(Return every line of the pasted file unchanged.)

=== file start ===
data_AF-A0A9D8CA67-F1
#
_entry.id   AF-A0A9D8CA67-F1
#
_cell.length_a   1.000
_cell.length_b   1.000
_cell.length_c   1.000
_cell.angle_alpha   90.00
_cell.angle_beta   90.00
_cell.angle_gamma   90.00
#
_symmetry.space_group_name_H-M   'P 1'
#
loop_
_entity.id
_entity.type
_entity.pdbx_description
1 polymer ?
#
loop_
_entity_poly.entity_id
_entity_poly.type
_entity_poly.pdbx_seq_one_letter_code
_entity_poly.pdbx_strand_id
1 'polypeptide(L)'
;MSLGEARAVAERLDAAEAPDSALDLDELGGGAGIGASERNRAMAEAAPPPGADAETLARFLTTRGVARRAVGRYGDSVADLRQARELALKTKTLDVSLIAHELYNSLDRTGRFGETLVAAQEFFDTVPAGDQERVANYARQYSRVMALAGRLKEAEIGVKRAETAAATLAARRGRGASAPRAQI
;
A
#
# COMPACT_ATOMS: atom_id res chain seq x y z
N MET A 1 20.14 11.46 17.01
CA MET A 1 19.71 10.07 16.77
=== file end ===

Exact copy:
data_AF-A0A9D8CA67-F1
#
_entry.id   AF-A0A9D8CA67-F1
#
_cell.length_a   1.000
_cell.length_b   1.000
_cell.length_c   1.000
_cell.angle_alpha   90.00
_cell.angle_beta   90.00
_cell.angle_gamma   90.00
#
_symmetry.space_group_name_H-M   'P 1'
#
loop_
_entity.id
_entity.type
_entity.pdbx_description
1 polymer ?
#
loop_
_entity_poly.entity_id
_entity_poly.type
_entity_poly.pdbx_seq_one_letter_code
_entity_poly.pdbx_strand_id
1 'polypeptide(L)'
;MSLGEARAVAERLDAAEAPDSALDLDELGGGAGIGASERNRAMAEAAPPPGADAETLARFLTTRGVARRAVGRYGDSVADLRQARELALKTKTLDVSLIAHELYNSLDRTGRFGETLVAAQEFFDTVPAGDQERVANYARQYSRVMALAGRLKEAEIGVKRAETAAATLAARRGRGASAPRAQI
;
A
#
# COMPACT_ATOMS: atom_id res chain seq x y z
N MET A 1 20.14 11.46 17.01
CA MET A 1 19.71 10.07 16.77